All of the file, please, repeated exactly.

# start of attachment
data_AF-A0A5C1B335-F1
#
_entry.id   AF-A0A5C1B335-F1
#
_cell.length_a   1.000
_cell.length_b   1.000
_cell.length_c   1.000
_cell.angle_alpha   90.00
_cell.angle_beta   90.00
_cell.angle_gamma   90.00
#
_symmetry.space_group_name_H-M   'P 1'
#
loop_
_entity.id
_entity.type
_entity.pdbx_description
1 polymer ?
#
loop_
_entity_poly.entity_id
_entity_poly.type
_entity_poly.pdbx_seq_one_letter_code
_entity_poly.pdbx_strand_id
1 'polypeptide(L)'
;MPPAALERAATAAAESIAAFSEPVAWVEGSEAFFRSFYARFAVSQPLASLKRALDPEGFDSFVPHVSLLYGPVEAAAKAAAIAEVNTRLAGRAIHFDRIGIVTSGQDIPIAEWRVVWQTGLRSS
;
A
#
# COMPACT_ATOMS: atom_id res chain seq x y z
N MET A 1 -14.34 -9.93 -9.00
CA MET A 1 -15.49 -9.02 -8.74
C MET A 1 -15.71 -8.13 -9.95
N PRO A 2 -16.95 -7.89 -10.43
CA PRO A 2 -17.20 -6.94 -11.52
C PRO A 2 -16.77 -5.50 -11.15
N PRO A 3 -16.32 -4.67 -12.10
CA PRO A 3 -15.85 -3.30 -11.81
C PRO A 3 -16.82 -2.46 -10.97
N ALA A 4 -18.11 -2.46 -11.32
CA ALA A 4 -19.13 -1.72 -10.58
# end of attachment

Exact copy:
data_AF-A0A5C1B335-F1
#
_entry.id   AF-A0A5C1B335-F1
#
_cell.length_a   1.000
_cell.length_b   1.000
_cell.length_c   1.000
_cell.angle_alpha   90.00
_cell.angle_beta   90.00
_cell.angle_gamma   90.00
#
_symmetry.space_group_name_H-M   'P 1'
#
loop_
_entity.id
_entity.type
_entity.pdbx_description
1 polymer ?
#
loop_
_entity_poly.entity_id
_entity_poly.type
_entity_poly.pdbx_seq_one_letter_code
_entity_poly.pdbx_strand_id
1 'polypeptide(L)'
;MPPAALERAATAAAESIAAFSEPVAWVEGSEAFFRSFYARFAVSQPLASLKRALDPEGFDSFVPHVSLLYGPVEAAAKAAAIAEVNTRLAGRAIHFDRIGIVTSGQDIPIAEWRVVWQTGLRSS
;
A
#
# COMPACT_ATOMS: atom_id res chain seq x y z
N MET A 1 -14.34 -9.93 -9.00
CA MET A 1 -15.49 -9.02 -8.74
C MET A 1 -15.71 -8.13 -9.95
N PRO A 2 -16.95 -7.89 -10.43
CA PRO A 2 -17.20 -6.94 -11.52
C PRO A 2 -16.77 -5.50 -11.15
N PRO A 3 -16.32 -4.67 -12.10
CA PRO A 3 -15.85 -3.30 -11.81
C PRO A 3 -16.82 -2.46 -10.97
N ALA A 4 -18.11 -2.46 -11.32
CA ALA A 4 -19.13 -1.72 -10.58